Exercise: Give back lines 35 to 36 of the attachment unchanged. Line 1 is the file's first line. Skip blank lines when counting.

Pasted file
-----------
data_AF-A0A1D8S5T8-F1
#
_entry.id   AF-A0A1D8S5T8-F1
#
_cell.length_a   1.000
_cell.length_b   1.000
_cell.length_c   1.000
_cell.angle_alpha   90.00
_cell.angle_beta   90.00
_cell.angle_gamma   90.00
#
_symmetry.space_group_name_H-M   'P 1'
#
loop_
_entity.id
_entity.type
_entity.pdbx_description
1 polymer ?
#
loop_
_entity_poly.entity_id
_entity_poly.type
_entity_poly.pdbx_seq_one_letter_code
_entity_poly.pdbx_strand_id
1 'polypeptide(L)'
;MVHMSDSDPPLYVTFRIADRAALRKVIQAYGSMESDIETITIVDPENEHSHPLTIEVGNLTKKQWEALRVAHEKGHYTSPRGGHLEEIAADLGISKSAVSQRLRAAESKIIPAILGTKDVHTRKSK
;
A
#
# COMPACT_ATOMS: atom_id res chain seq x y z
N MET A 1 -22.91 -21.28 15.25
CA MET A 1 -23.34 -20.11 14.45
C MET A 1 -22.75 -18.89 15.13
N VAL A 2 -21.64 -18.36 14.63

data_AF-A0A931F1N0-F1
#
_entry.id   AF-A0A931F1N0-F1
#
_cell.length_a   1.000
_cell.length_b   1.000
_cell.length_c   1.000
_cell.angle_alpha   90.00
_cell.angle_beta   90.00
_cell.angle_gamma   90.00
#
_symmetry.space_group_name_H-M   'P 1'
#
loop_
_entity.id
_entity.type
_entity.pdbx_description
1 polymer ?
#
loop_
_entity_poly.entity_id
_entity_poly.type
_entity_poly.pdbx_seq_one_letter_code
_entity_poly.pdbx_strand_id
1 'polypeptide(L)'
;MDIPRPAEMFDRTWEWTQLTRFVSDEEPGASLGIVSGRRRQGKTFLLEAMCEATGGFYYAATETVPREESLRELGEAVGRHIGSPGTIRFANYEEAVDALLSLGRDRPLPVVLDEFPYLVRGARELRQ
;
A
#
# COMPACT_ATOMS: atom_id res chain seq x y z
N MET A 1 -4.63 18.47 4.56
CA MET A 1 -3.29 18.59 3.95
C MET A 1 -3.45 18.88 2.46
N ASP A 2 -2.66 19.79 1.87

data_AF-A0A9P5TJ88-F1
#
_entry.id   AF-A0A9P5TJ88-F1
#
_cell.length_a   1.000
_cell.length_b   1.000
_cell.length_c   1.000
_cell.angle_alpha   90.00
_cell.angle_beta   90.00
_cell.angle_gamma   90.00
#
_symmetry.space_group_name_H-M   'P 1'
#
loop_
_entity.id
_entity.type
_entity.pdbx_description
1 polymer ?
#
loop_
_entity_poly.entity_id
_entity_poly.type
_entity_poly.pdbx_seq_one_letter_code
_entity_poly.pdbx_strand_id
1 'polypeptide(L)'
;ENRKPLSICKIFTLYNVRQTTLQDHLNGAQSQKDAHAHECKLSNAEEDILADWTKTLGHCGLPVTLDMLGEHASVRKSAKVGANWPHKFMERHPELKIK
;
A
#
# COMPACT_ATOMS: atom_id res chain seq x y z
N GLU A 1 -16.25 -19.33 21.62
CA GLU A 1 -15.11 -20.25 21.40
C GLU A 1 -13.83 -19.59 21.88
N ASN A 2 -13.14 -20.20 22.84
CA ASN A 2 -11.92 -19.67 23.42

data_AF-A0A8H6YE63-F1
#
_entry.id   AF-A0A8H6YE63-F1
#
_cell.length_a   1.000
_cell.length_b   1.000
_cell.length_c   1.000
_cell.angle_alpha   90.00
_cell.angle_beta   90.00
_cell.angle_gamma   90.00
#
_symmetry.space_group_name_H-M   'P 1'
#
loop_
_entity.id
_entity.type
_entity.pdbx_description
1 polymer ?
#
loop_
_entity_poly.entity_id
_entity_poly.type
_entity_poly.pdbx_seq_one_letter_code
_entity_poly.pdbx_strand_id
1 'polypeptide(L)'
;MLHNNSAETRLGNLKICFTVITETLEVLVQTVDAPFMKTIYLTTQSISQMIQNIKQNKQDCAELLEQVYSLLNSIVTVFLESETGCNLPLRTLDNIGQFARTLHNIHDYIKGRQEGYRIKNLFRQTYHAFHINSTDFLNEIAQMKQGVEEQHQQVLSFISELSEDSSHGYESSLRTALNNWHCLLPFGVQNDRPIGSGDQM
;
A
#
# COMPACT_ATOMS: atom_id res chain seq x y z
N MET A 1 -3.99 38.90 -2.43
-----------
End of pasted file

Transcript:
data_AF-A0A931F1N0-F1
#